The clinicopathologic data used were age, sex, neoplasm histologic type, disease multifocal indicator, surgical margin resection status, and tumor site. Firstly, we used the X-tile software to determine the optimal cutoff value of age in predicting OS and DFS [27]. Then, univariate Cox analysis was performed and the prognostic clinicopathologic data were determined (p-value <0.05). The risk classification based on AS events and prognostic clinicopathologic data was incorporated into the multivariate Cox analysis, and independent predictors of prognosis in sarcoma patients were identified.

Based on the independent predictors, 2 nomograms were developed to predict the OS and DFS in sarcoma patients. The time-dependent receiver operating characteristic (ROC) curves with the area under the curve (AUC) of 3-, 5-, and 7-year survival were generated to quantify the discrimination of the prognostic nomogram [28], and the calibration curves of 3-, 5-, and 7-year survival were used to calibrate the nomogram. The net benefit of the nomogram was determined by decision curve analysis (DCA) [29].

SUBGROUP ANALYSIS OF THE NOMOGRAMS:

To further assess if the nomograms can serve as an effective tool in the various histological types of sarcoma, subgroup analysis was performed for 4 major histological types. First, the risk scores of each patient were calculated based on the nomogram. Then, the time-dependent ROC curves were plotted and the AUCs were calculated. According to the cutoff value (median) in each subgroup, we stratified patients into a high-risk group and a low-risk group. The Kaplan-Meier curves of each histological type patient were generated and the log-rank test was used to determine if the prognostic nomogram can effectively distinguish among patients in various risk stratifications.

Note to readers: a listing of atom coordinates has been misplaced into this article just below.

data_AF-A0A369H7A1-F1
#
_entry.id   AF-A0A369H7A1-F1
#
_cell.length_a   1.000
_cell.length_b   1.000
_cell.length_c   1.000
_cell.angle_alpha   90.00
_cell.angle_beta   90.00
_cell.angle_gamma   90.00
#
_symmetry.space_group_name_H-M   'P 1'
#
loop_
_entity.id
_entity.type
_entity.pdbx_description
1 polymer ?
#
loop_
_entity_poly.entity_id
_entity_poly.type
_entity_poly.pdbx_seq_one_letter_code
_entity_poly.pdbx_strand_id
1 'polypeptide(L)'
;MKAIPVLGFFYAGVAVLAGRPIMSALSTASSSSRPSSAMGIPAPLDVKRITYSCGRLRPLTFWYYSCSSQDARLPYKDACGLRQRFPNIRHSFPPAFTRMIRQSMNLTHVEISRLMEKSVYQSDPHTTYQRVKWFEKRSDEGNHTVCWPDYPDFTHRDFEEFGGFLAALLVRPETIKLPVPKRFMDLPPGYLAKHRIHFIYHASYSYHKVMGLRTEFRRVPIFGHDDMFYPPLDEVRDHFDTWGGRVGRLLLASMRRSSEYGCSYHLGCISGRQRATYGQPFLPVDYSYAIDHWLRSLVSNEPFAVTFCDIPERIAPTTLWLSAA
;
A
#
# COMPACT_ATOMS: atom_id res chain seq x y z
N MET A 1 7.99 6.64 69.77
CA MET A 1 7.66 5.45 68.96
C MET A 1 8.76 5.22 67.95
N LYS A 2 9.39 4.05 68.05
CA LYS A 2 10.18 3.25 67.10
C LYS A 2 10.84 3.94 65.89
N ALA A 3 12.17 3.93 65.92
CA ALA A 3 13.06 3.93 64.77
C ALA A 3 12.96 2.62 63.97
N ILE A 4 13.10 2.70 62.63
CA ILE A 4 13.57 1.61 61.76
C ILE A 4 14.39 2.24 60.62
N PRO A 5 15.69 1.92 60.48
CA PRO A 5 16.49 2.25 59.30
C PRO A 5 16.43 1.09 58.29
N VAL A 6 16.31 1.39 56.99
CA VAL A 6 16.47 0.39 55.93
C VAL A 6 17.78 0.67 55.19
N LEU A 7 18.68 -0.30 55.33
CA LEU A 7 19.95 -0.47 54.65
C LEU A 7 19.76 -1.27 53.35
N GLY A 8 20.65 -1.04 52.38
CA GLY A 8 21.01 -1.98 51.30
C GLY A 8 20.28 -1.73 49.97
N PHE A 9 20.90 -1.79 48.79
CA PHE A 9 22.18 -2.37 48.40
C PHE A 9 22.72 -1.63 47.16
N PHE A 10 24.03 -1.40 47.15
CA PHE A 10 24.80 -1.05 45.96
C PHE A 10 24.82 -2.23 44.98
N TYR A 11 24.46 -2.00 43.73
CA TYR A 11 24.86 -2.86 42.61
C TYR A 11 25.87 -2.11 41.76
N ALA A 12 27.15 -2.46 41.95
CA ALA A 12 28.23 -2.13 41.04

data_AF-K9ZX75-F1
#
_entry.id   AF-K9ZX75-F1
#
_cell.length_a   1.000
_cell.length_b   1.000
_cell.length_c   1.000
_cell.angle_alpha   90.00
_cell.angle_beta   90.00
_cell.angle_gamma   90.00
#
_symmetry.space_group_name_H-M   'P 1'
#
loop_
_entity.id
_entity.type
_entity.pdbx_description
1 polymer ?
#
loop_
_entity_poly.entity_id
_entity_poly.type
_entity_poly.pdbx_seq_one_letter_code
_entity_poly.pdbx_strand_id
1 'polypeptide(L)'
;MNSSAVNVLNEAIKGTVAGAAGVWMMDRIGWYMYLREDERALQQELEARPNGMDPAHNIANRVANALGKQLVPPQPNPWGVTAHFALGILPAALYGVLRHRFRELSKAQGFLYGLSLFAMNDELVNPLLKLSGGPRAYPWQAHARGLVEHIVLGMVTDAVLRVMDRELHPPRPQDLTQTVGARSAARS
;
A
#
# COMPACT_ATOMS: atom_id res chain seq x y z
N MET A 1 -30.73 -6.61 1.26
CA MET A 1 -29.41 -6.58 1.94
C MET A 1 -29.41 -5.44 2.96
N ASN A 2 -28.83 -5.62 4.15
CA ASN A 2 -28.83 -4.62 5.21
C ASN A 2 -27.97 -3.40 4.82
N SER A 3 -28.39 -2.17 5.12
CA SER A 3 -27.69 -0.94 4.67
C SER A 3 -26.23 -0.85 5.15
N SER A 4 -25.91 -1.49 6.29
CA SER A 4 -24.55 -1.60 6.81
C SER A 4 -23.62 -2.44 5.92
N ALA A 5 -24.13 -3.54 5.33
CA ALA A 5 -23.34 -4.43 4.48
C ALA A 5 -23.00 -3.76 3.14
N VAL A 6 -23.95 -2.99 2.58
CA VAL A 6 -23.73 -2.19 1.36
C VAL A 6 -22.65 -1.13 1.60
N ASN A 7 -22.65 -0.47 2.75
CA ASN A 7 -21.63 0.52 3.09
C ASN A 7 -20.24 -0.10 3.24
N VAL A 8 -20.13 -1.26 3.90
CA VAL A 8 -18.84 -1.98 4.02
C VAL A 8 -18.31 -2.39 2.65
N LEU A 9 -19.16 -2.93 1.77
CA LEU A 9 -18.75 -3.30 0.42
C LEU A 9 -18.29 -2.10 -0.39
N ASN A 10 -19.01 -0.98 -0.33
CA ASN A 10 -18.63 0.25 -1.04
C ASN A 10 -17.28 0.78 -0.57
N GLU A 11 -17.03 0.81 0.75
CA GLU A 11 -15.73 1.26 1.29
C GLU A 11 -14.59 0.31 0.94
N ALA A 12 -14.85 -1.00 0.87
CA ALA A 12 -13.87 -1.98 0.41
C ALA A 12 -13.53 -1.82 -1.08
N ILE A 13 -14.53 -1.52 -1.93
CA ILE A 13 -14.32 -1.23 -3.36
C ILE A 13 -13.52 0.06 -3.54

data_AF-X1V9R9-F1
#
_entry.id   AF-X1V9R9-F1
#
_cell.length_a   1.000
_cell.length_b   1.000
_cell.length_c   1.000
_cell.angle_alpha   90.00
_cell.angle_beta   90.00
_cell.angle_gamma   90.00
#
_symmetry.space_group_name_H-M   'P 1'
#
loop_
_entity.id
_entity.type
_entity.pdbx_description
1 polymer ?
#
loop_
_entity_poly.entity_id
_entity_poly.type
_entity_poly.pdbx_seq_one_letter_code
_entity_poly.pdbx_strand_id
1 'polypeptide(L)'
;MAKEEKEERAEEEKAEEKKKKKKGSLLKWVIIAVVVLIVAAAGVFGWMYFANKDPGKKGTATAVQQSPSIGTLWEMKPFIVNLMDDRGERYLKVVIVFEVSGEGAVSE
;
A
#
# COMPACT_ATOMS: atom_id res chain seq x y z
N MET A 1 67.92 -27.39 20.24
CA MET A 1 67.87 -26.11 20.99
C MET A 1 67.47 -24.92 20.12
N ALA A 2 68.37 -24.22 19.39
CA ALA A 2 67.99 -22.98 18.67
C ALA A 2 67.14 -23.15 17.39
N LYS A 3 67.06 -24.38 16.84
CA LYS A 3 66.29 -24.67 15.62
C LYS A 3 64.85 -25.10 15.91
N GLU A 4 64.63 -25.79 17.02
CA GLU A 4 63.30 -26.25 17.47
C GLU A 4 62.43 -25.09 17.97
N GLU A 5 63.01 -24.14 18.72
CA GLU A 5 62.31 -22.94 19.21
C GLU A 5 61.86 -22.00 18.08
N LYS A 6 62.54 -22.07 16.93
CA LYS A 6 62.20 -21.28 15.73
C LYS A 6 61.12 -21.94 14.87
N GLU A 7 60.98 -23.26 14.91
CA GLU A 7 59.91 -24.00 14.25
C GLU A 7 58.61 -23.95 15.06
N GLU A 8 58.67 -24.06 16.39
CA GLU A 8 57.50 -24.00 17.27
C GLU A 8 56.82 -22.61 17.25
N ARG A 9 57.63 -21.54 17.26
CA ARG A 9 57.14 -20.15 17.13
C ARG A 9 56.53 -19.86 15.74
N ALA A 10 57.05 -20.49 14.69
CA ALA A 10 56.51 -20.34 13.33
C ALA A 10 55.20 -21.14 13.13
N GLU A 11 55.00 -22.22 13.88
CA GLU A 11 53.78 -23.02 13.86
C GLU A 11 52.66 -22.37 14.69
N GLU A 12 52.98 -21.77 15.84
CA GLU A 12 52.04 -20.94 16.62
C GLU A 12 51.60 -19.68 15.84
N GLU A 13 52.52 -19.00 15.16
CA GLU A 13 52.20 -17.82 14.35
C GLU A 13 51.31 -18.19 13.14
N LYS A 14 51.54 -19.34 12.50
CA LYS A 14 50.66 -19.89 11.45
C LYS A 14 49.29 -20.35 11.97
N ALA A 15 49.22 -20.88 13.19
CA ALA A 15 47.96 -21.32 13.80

SPLICING CORRELATION NETWORK CONSTRUCTION:

It has been reported that SF plays a vital role in regulating AS events [30,31]. Therefore, to clarify the potential AS-SF regulatory network, a correlation network between SFs and prognostic AS events was constructed. First, data on the expression of 71 SF genes were downloaded from TCGA. Then, the correlation between SFs and AS event was determined by Spearman correlation analysis. A correlation with p<0.05 and r>0.6 was considered to be statistically significant. Cytoscape (version 3.7.2) was used to visualize the correlation network.